I first communicated with Sue Jones when I asked her to come and teach a workshop at my yoga studio in Concord, NH. Sue founded yogaHOPE, an organization in Massachusetts that is dedicated to establishing rehabilitative yoga programs in residential facilities for underserved women in substance abuse recovery, poor and homeless women, and victims of domestic violence.
I read about Sue’s amazing organization in a magazine and I thought – this resource is right in my backyard – she should come and do a workshop at Living Yoga. So, I emailed Sue and we made plans for her to come to the studio. We communicated by email and then our relationship flourished via Facebook.
On her Facebook pages Sue Jones informs us about her inspiring work with yogaHOPE and she shares stories about her boys, Philip the hedgehog and her new ‘boyfriend’ cam. She has funny status updates (i.e. dear little birdy who is chirping outside my window in the pre-dawn hours: I hate you) and she lets us know if she is having a bad day. The other morning she was having a difficult start to her day – many of her friends reached out and supported her, reminding her it’s okay to be sad, reminding her she is amazing and held the space for her to know we were there listening, caring and offering love.
However, like the Yin and Yang of life – there are positive and challenging aspects to Social Media….for example… there was morning when I naively logged onto my account and one of my ‘friends’ had a status update that led me to believe she was suicidal. For me, someone who is not her ‘can rush to you in a moment’s notice’ friend, it was truly unsettling. I don’t really know her nowadays (she was a high school friend – I’m 50 – been outta high school for many moons) and I was left with the agonizing thought – what do I do? I decided to email her (since I did not have her phone number) stating my concern, asked if she was getting help and reminded her that her teenage children were also her ‘friends’ on Facebook and it would be truly concerning for them to open their Facebook and be a witness to their mother’s post about something so serious. Although this person is on Facebook daily, she actually took several days to respond to me and during the entire time, my mind was racing – was I out of line emailing her, is she ok, what is going on. When she did finally reply, she downplayed the post. I think of her often and hope she is getting the attention and help that she needs.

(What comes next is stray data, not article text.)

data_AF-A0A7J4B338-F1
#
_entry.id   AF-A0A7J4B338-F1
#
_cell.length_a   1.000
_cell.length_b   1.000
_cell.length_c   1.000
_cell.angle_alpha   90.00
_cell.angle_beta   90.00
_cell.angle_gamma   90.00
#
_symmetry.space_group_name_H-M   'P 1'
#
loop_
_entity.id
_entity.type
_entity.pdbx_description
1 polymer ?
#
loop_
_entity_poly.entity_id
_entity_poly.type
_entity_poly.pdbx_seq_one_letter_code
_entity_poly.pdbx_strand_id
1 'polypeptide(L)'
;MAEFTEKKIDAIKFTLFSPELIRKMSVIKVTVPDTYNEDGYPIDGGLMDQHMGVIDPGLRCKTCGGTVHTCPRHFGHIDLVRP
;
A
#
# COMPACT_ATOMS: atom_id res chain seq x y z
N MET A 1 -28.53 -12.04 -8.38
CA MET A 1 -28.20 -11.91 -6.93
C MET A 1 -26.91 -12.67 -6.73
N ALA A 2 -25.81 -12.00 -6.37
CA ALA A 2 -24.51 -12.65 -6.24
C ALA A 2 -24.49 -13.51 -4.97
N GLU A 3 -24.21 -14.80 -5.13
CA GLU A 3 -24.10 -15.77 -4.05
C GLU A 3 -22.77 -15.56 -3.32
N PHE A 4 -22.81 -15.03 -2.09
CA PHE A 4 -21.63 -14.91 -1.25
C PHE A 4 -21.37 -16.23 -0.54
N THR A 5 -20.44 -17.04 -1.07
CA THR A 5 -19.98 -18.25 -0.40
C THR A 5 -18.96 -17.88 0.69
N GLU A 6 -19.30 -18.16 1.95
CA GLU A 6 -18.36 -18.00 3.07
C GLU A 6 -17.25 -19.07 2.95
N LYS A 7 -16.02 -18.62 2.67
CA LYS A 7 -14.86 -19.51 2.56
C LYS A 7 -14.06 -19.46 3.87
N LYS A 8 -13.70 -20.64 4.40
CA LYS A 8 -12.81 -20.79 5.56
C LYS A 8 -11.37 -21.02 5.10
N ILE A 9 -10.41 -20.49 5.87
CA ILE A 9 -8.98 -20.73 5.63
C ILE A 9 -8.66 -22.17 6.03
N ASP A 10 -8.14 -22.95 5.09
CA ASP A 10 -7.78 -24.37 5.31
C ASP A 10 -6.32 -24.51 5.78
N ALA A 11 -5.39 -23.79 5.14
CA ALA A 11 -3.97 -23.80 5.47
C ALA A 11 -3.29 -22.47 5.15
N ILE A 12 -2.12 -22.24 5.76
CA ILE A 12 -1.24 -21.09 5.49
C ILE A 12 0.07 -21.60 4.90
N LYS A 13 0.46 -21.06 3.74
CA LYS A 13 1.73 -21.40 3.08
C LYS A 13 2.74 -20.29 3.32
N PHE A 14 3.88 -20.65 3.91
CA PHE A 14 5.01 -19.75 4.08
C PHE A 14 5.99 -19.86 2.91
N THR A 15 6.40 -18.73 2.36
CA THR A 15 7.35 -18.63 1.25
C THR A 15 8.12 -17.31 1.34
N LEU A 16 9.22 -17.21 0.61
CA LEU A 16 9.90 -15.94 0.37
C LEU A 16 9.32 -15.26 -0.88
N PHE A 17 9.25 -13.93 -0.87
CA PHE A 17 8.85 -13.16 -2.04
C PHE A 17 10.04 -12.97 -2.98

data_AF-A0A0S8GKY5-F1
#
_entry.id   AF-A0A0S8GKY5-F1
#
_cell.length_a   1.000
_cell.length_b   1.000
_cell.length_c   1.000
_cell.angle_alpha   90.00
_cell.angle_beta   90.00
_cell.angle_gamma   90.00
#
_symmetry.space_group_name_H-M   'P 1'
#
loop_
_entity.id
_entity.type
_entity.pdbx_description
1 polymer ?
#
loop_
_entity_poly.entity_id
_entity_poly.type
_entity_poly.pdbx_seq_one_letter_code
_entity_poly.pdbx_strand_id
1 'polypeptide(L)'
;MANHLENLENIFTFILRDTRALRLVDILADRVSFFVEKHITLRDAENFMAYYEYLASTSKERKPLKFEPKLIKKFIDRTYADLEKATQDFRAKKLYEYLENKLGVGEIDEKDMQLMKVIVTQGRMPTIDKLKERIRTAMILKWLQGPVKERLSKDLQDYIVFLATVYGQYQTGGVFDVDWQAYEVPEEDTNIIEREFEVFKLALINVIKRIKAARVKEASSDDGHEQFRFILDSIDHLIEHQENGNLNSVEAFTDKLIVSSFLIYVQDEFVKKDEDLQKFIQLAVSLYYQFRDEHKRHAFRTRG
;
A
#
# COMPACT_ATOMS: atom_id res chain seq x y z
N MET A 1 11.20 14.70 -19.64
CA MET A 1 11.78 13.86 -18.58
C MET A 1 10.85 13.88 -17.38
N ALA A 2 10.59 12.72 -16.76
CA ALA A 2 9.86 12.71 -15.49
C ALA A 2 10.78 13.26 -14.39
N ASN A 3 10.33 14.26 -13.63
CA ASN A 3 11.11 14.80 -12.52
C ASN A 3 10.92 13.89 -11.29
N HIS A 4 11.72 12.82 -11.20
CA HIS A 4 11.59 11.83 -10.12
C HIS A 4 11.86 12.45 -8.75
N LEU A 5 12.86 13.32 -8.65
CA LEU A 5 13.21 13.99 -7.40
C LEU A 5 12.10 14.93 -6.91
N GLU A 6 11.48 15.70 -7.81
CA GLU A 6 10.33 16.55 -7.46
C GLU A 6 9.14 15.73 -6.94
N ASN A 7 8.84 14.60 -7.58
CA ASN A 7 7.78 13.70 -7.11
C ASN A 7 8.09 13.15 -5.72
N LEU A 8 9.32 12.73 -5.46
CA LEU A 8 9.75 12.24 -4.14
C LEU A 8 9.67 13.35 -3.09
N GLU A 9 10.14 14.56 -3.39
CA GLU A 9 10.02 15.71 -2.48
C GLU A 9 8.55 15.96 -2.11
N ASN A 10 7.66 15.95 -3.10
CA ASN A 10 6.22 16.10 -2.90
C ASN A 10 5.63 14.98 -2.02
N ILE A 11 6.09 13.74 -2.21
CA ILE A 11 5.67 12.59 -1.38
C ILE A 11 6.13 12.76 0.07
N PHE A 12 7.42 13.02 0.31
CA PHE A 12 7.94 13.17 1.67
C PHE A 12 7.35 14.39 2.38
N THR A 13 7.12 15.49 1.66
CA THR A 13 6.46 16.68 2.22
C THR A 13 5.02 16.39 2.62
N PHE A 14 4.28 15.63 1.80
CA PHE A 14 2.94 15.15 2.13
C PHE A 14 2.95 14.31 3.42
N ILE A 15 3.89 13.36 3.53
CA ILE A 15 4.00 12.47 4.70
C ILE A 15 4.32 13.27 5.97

I believe the good aspects of Facebook definitely outweigh the bad. It keeps me connected with my daughter in Asheville, NC, my sort-of-daughter in Greensboro, NC, my family who live near and far and friends who I love dearly and do not get to see often enough. I get to see pictures of their children and grandchildren, I know when they are going to the Stony Pony to see Southside Johnny, when they are at the beach or relaxing at the lake and I know when they are having a bad day and need to feel the love.
I like to post quotes on my Living Life, Making Choices status update and on my personal page I like to share what is going on with my granddaughters.
Today’s quote: “If you are not in a state of acceptance, enjoyment or enthusiasm, look closely and you will find that you are creating suffering for yourself and others. ~Eckart Tolle, A New Earth.
Yesterday’s personal update was about my granddaughter: “As cute as Sage is, she can also be, well, let’s just say…. honest…. Sage was at the grocery store with her mom and Jenna (sister), who was giving her a piggy back. A random guy says to Jaime, ‘my, they have a lot of energy’ and Sage (2 years old) responds ‘Not funny, (pause here) guy’.”
Whatever reason you use Social Networking, it’s fundamentally about being connected…. and we certainly can use more of that in the world.